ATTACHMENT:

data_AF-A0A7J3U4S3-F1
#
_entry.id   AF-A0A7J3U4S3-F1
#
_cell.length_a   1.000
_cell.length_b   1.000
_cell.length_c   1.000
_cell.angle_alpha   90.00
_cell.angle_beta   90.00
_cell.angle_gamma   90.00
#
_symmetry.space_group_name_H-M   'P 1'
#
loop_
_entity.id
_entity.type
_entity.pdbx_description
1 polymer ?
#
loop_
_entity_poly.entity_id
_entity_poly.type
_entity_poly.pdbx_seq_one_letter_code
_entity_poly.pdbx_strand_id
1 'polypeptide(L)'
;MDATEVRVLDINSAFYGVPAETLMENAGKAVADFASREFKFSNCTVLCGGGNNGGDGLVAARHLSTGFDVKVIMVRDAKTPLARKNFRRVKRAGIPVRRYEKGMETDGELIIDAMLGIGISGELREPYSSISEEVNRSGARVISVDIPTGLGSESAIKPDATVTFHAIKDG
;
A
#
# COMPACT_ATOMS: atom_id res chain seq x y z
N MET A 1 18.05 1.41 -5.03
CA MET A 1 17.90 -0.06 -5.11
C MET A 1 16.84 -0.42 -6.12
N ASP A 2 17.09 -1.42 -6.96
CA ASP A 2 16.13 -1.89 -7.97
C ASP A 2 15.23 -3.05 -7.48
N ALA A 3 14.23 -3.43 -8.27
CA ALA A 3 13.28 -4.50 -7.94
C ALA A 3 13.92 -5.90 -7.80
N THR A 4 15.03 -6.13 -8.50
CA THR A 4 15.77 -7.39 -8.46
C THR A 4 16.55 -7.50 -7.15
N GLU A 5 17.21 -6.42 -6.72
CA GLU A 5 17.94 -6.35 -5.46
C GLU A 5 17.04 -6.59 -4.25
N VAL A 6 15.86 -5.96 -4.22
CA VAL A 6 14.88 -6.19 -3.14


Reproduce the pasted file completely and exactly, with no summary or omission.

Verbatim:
data_AF-A0A7J3U4S3-F1
#
_entry.id   AF-A0A7J3U4S3-F1
#
_cell.length_a   1.000
_cell.length_b   1.000
_cell.length_c   1.000
_cell.angle_alpha   90.00
_cell.angle_beta   90.00
_cell.angle_gamma   90.00
#
_symmetry.space_group_name_H-M   'P 1'
#
loop_
_entity.id
_entity.type
_entity.pdbx_description
1 polymer ?
#
loop_
_entity_poly.entity_id
_entity_poly.type
_entity_poly.pdbx_seq_one_letter_code
_entity_poly.pdbx_strand_id
1 'polypeptide(L)'
;MDATEVRVLDINSAFYGVPAETLMENAGKAVADFASREFKFSNCTVLCGGGNNGGDGLVAARHLSTGFDVKVIMVRDAKTPLARKNFRRVKRAGIPVRRYEKGMETDGELIIDAMLGIGISGELREPYSSISEEVNRSGARVISVDIPTGLGSESAIKPDATVTFHAIKDG
;
A
#
# COMPACT_ATOMS: atom_id res chain seq x y z
N MET A 1 18.05 1.41 -5.03
CA MET A 1 17.90 -0.06 -5.11
C MET A 1 16.84 -0.42 -6.12
N ASP A 2 17.09 -1.42 -6.96
CA ASP A 2 16.13 -1.89 -7.97
C ASP A 2 15.23 -3.05 -7.48
N ALA A 3 14.23 -3.43 -8.27
CA ALA A 3 13.28 -4.50 -7.94
C ALA A 3 13.92 -5.90 -7.80
N THR A 4 15.03 -6.13 -8.50
CA THR A 4 15.77 -7.39 -8.46
C THR A 4 16.55 -7.50 -7.15
N GLU A 5 17.21 -6.42 -6.72
CA GLU A 5 17.94 -6.35 -5.46
C GLU A 5 17.04 -6.59 -4.25
N VAL A 6 15.86 -5.96 -4.22
CA VAL A 6 14.88 -6.19 -3.14